U.S. Supreme Court Prohibits Retaliating Against Third-Parties in the Workplace



Employers who employ more than one family member or someone with a close relationship to another co-worker must now exercise caution in its workplace relationships with such employees.

This is because in a decision styled Thompson v. North American Stainless L.P., the United States Supreme Court announced on January 24, 2011, an expansion of the “anti-retaliation” component of Title VII of the 1964 Civil Rights Act. This decision imposes new limits on employers’ right to take disciplinary actions against third-party employees who are “related” to co-workers who complain about discriminatory practices in the workplace.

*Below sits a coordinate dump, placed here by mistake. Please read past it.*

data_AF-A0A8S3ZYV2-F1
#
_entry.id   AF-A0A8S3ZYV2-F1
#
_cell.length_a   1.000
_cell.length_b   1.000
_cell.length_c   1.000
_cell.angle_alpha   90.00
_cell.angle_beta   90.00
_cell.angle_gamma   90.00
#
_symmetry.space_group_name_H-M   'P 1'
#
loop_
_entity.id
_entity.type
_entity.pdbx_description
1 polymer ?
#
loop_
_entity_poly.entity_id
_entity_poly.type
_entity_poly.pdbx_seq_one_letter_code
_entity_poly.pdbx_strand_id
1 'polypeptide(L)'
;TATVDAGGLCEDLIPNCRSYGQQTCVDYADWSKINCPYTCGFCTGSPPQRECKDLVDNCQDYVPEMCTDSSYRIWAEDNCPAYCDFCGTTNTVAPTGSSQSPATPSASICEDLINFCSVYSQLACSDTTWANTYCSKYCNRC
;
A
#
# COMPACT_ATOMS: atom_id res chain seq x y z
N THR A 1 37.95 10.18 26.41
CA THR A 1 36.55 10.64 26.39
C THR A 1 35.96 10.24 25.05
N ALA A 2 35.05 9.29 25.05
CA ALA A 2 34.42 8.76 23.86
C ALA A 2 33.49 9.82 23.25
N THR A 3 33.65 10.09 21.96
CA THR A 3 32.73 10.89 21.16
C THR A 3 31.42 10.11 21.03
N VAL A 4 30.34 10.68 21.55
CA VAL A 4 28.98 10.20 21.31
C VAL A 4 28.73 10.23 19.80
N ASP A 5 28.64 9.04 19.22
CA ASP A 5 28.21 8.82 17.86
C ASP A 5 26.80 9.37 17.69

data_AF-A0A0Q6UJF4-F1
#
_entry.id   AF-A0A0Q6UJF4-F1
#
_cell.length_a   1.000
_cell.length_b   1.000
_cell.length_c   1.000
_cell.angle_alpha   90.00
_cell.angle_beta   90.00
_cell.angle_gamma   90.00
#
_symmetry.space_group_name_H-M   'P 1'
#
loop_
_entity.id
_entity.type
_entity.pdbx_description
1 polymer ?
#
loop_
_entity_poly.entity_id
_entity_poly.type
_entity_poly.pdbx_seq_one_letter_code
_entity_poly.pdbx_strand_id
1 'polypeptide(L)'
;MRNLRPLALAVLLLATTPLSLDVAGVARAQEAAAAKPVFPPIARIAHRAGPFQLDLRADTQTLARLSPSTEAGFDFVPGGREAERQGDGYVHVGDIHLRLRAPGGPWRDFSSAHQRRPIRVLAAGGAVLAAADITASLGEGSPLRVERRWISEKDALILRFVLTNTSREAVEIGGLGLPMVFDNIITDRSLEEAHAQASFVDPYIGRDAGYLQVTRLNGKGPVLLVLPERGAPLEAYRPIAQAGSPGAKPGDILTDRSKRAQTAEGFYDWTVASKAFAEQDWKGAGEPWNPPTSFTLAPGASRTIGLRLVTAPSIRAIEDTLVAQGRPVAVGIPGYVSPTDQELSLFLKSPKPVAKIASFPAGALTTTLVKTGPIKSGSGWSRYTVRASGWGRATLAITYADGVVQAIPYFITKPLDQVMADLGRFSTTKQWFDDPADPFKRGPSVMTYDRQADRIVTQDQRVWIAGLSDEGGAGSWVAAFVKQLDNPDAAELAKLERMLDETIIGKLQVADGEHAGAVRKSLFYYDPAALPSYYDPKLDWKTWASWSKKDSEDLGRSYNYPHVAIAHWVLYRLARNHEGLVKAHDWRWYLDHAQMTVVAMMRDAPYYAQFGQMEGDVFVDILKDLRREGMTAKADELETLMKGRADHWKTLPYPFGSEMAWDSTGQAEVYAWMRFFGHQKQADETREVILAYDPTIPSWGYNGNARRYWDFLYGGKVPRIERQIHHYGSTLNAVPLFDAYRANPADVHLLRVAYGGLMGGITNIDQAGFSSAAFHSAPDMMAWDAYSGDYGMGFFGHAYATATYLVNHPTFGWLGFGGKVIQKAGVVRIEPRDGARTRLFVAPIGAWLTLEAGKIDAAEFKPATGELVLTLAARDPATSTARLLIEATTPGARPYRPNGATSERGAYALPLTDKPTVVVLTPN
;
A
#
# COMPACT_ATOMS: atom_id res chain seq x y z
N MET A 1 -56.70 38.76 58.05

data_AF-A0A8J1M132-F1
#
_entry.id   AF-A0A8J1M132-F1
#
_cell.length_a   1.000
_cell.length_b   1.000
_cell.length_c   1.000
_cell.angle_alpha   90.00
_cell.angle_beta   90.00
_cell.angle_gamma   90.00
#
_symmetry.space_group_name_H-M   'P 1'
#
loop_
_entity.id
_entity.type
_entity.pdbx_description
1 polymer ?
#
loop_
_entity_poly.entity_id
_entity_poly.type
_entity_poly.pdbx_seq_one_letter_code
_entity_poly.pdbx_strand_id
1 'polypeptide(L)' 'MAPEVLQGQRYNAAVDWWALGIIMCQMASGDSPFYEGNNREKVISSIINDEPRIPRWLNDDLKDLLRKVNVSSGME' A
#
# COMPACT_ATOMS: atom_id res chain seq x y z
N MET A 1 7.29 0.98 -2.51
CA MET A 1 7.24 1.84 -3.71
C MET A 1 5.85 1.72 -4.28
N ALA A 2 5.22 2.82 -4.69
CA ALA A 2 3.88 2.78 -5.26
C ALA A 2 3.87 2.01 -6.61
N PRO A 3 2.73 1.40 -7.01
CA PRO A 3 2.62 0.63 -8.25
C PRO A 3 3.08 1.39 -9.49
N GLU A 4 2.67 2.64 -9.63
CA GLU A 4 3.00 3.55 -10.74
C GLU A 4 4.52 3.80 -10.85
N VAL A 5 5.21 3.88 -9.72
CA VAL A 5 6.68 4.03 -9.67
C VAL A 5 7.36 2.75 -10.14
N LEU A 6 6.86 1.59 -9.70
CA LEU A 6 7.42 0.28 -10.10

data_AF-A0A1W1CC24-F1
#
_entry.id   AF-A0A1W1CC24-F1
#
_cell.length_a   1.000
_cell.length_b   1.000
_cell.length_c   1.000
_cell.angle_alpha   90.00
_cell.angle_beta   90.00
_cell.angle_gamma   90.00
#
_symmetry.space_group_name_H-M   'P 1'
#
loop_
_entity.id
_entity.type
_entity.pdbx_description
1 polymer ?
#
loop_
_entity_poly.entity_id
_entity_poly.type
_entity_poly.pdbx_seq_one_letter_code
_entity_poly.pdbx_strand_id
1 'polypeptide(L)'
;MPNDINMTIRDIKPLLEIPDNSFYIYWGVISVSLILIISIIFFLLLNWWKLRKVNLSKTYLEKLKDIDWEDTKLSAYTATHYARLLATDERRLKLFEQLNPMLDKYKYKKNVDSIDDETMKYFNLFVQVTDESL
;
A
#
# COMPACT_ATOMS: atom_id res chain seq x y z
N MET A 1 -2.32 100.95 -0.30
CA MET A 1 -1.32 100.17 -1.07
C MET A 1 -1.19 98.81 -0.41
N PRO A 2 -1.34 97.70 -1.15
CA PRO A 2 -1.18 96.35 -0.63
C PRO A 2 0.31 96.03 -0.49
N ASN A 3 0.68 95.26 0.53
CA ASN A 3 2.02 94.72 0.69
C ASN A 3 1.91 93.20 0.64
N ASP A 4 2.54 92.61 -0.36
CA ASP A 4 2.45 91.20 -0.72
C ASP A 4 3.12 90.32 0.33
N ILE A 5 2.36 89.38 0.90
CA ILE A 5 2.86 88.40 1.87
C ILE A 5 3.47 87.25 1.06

The impact of this decision (as explained below) will be that when one employee makes a charge of discrimination under Title VII against the employer, employers will need to avoid any conduct against an individual who is “related” to that complaining co-worker that could violate Title VII’s anti-retaliation provision.

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DISCLAIMER: Because of the generality of this update, the information provided herein may not be applicable in all situations and should not be acted upon without specific legal advice based on particular situations.

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